Insurgents have killed at least 70 people in attacks on Iraqi security forces since Sunday, signaling that at least for now, the elections have done little to damp the guerrilla war being led by Sunni Arabs.
Armed men also killed two sons of Mithal al-Alusi, a candidate in the elections and a former associate of Ahmad Chalabi, the exile once favored by the Pentagon to rule Iraq. The sons, in their 20's, were gunned down Tuesday morning as they drove to a Baghdad market, a family member said.
Mr. Alusi formed his own political party, the Iraqi Nation Democrat Party, after he was ejected from Mr. Chalabi's party for visiting Israel last fall.
In Najaf, the office of Grand Ayatollah Ali al-Sistani, the most revered Shiite cleric in Iraq, released a rare statement saying the ayatollah was leaving the writing of the permanent constitution to the national assembly.
But the ayatollah believes the constitution "should respect the Islamic cultural identity of the Iraqi people," the statement said.
Leading Shiite clerics said in interviews over the past week that they wanted Islam to be the guiding principle of the new constitution.
Of all the political groups, the Kurds, who make up one-fifth of the population, are the most organized, and their coalition has a much better chance of holding together in the national assembly than the United Iraqi Alliance, the Shiite religious slate assembled by Ayatollah Sistani.
Mr. Salih, the deputy prime minister, said the Kurdistan Alliance, the major Kurdish coalition, was pushing Jalal Talabani for president. Mr. Talabani is the head of the Patriotic Union of Kurdistan, one of the two main Kurdish parties in the north.
The other party, the Kurdistan Democratic Party, has agreed to back Mr. Talabani's candidacy for president in exchange for the right of its leaders to govern the Kurdish region.
"I think he will be good for the job," Mr. Salih said of Mr. Talabani. "If he's ruled out because he's an ethnic Kurd, that's a terrible signal."
The Iraqi president and two vice presidents, collectively known as the presidency council, are to be elected from the ranks of the national assembly by a two-thirds vote. The council will then appoint the prime minister and the cabinet. The assembly has to approve a new government by a majority vote.
The assembly is charged with drafting the constitution by mid-August, holding a nationwide referendum on it within two months and preparing the country for full-term elections by year's end.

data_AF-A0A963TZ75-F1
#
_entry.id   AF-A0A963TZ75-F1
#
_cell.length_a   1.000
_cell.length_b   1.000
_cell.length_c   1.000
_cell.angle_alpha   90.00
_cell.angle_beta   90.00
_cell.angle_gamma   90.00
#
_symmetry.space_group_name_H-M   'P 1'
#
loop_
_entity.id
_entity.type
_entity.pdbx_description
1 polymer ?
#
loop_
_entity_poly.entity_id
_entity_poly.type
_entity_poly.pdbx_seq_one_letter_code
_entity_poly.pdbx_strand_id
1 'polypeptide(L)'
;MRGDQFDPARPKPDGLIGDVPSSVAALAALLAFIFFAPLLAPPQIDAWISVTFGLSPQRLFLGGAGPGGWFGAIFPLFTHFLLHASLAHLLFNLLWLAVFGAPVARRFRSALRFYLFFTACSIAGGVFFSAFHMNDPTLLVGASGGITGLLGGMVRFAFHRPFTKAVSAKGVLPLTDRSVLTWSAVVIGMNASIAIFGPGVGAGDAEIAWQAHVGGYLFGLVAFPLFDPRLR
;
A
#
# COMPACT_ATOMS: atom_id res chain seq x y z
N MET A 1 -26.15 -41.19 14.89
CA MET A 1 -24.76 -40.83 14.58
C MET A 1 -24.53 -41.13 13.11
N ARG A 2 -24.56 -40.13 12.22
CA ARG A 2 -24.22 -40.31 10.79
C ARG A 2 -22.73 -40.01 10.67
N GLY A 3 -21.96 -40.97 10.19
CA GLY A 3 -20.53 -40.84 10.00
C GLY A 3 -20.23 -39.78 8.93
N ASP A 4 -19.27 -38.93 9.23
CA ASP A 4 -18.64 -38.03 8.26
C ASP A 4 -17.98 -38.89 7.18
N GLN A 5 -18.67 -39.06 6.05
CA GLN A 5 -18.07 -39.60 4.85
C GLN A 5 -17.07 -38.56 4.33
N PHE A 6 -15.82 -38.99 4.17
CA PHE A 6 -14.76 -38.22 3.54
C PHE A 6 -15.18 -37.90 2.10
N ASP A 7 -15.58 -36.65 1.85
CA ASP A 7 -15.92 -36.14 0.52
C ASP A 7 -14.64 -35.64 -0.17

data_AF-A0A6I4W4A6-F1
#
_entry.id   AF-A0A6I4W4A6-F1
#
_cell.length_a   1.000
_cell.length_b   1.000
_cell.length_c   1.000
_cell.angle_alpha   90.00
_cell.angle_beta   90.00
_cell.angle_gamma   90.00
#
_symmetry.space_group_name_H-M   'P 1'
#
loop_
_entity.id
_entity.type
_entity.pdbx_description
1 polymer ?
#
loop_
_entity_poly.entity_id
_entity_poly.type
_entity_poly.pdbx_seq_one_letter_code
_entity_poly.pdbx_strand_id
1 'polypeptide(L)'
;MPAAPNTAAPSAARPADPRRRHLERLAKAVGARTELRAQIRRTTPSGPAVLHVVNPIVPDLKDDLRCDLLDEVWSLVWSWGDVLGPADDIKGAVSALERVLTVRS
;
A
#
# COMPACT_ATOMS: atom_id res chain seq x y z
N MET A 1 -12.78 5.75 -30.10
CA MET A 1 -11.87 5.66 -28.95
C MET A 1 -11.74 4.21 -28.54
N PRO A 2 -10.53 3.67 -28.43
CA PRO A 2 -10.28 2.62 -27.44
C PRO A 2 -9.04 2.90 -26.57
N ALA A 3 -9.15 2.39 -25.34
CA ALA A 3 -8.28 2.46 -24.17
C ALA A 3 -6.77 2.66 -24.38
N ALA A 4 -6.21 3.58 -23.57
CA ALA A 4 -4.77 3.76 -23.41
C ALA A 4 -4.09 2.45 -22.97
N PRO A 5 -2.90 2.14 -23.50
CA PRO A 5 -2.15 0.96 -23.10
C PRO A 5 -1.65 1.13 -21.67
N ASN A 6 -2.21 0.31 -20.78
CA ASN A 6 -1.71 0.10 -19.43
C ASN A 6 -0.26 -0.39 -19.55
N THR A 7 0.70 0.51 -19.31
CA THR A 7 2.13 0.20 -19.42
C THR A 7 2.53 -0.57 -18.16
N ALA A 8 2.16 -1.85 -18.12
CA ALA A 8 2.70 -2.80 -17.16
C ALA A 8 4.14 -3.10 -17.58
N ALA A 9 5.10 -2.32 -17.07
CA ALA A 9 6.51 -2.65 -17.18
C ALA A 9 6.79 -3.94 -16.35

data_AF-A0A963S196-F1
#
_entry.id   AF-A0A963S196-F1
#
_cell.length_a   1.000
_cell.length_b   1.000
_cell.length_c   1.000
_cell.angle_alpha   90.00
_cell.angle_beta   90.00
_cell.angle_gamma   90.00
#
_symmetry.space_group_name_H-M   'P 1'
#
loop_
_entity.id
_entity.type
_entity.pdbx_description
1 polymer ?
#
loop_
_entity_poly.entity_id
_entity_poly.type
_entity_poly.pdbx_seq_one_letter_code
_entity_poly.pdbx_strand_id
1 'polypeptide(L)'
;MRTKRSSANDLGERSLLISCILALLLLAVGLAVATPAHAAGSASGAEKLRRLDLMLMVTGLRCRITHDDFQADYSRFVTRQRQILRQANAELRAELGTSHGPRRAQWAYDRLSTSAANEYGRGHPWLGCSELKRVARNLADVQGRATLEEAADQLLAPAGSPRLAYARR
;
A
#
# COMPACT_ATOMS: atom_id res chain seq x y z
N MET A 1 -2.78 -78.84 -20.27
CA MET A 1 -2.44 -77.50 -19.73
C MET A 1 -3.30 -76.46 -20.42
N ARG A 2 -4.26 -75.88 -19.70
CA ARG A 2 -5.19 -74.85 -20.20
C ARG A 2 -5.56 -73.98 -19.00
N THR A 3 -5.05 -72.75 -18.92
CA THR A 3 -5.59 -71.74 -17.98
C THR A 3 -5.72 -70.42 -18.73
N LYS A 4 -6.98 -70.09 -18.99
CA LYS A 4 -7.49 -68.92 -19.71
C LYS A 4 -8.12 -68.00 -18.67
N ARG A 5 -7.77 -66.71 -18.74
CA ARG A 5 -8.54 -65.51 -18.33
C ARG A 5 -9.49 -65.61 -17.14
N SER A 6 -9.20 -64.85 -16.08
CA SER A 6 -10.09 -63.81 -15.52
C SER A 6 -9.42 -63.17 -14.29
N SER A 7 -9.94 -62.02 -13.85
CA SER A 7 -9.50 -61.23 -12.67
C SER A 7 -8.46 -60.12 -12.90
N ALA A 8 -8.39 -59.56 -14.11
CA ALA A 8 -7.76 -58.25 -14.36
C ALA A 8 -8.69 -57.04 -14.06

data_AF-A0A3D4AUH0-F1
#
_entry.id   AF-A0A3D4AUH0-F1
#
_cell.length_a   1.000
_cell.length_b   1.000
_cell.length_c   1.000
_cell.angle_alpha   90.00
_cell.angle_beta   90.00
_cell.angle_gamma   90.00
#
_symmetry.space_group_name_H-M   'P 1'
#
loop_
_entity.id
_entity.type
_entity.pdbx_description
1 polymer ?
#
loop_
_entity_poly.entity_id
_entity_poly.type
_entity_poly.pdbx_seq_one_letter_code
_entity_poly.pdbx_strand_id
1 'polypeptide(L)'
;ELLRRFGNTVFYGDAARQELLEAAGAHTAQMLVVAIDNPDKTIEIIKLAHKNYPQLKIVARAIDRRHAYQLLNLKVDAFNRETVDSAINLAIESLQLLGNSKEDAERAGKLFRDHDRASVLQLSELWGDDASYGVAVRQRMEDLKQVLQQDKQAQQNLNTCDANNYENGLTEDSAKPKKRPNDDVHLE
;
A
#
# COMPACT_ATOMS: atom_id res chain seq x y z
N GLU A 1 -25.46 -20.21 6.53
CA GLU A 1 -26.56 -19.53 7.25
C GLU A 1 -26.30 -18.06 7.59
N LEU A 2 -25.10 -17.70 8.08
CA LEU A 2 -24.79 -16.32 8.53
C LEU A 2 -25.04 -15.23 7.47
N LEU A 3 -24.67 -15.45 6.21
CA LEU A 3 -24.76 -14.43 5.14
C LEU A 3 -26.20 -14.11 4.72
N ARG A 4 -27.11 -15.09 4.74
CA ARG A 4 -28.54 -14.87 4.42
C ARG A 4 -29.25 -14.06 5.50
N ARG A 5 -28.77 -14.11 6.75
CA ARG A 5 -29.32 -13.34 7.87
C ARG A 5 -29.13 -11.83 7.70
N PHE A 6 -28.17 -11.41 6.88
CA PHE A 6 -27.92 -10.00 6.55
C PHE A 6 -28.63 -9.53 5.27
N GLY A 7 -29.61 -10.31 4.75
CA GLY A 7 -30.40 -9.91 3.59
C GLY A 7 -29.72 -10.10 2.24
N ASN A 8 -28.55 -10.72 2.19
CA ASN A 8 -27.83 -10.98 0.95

The early election results announced Monday indicated that the Shiite religious alliance had just over 50 percent of the vote, and Dr. Allawi's group 13 percent. Because of the widespread boycott by the Sunni Arabs, about a fifth of the population, the leading Sunni Arab party, led by Sheik Ghazi al-Yawar, the interim president, had less than 1 percent of the vote.
Kurdish leaders have expressed concern that Shiite religious parties could push for an Islamic state that would be heavily influenced by the clerics of Najaf.
Faraj al-Haideri, a senior official in the Kurdistan Democratic Party, said that whomever the Kurds support must "believe in a federal, multi-ethnic, democratic Iraq."
Other Kurdish officials echo the phrase. The key word for the Kurds is federal. Their leaders insist on the right to rule their region independently in all matters except for those related to foreign and monetary policy and national defense.
Mr. Salih said the Kurds also wanted to keep their formidable militia, the pesh merga, as an intact fighting force to guard the region. American officials have tried hard to ban militias, but with little success.
Kurdish leaders are also pushing for Kirkuk, a oil-rich northern city, to be folded into administration of the Kurdish region. Mr. Hussein forced Kurds to move out of the city en masse and resettled it with Arabs. Kurds are now moving back in, driving some Arabs out and demanding that the city be ruled by Kurds.
"We do not wait for anyone to give us our rights," Mr. Haideri said. "We take our rights."